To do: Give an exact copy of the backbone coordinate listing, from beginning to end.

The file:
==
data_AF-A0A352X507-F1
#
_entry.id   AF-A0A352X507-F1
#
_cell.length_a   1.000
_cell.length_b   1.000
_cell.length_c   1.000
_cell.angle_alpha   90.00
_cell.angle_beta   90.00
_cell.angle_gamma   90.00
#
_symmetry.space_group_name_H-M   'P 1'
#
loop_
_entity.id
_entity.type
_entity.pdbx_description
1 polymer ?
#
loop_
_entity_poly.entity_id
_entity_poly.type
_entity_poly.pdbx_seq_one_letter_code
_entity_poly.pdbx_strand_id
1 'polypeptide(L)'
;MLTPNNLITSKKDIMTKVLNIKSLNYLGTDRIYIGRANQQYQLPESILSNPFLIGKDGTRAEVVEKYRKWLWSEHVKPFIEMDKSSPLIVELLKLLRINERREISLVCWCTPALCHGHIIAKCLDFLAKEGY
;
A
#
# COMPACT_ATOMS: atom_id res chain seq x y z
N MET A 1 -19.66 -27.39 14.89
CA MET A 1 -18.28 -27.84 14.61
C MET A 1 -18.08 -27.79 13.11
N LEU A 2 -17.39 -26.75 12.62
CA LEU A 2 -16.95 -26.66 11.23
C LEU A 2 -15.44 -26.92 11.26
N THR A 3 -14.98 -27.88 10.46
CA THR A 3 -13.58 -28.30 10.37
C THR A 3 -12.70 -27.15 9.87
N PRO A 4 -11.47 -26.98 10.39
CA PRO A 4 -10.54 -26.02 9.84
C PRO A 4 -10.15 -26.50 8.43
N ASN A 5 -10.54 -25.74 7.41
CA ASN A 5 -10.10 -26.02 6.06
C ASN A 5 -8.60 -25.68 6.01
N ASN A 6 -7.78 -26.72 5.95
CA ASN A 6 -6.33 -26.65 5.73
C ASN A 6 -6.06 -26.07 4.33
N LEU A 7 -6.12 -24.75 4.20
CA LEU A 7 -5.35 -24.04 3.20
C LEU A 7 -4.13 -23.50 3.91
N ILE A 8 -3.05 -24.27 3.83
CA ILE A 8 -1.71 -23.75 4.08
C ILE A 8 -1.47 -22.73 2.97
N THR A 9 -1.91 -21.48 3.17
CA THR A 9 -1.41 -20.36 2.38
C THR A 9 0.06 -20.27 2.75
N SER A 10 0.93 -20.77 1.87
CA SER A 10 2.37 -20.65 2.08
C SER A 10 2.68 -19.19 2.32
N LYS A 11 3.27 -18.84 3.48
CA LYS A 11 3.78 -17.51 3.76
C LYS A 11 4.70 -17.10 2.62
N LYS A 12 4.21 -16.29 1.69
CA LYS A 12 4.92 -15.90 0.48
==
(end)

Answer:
data_AF-A0A352X507-F1
#
_entry.id   AF-A0A352X507-F1
#
_cell.length_a   1.000
_cell.length_b   1.000
_cell.length_c   1.000
_cell.angle_alpha   90.00
_cell.angle_beta   90.00
_cell.angle_gamma   90.00
#
_symmetry.space_group_name_H-M   'P 1'
#
loop_
_entity.id
_entity.type
_entity.pdbx_description
1 polymer ?
#
loop_
_entity_poly.entity_id
_entity_poly.type
_entity_poly.pdbx_seq_one_letter_code
_entity_poly.pdbx_strand_id
1 'polypeptide(L)'
;MLTPNNLITSKKDIMTKVLNIKSLNYLGTDRIYIGRANQQYQLPESILSNPFLIGKDGTRAEVVEKYRKWLWSEHVKPFIEMDKSSPLIVELLKLLRINERREISLVCWCTPALCHGHIIAKCLDFLAKEGY
;
A
#
# COMPACT_ATOMS: atom_id res chain seq x y z
N MET A 1 -19.66 -27.39 14.89
CA MET A 1 -18.28 -27.84 14.61
C MET A 1 -18.08 -27.79 13.11
N LEU A 2 -17.39 -26.75 12.62
CA LEU A 2 -16.95 -26.66 11.23
C LEU A 2 -15.44 -26.92 11.26
N THR A 3 -14.98 -27.88 10.46
CA THR A 3 -13.58 -28.30 10.37
C THR A 3 -12.70 -27.15 9.87
N PRO A 4 -11.47 -26.98 10.39
CA PRO A 4 -10.54 -26.02 9.84
C PRO A 4 -10.15 -26.50 8.43
N ASN A 5 -10.54 -25.74 7.41
CA ASN A 5 -10.10 -26.02 6.06
C ASN A 5 -8.60 -25.68 6.01
N ASN A 6 -7.78 -26.72 5.95
CA ASN A 6 -6.33 -26.65 5.73
C ASN A 6 -6.06 -26.07 4.33
N LEU A 7 -6.12 -24.75 4.20
CA LEU A 7 -5.35 -24.04 3.20
C LEU A 7 -4.13 -23.50 3.91
N ILE A 8 -3.05 -24.27 3.83
CA ILE A 8 -1.71 -23.75 4.08
C ILE A 8 -1.47 -22.73 2.97
N THR A 9 -1.91 -21.48 3.17
CA THR A 9 -1.41 -20.36 2.38
C THR A 9 0.06 -20.27 2.75
N SER A 10 0.93 -20.77 1.87
CA SER A 10 2.37 -20.65 2.08
C SER A 10 2.68 -19.19 2.32
N LYS A 11 3.27 -18.84 3.48
CA LYS A 11 3.78 -17.51 3.76
C LYS A 11 4.70 -17.10 2.62
N LYS A 12 4.21 -16.29 1.69
CA LYS A 12 4.92 -15.90 0.48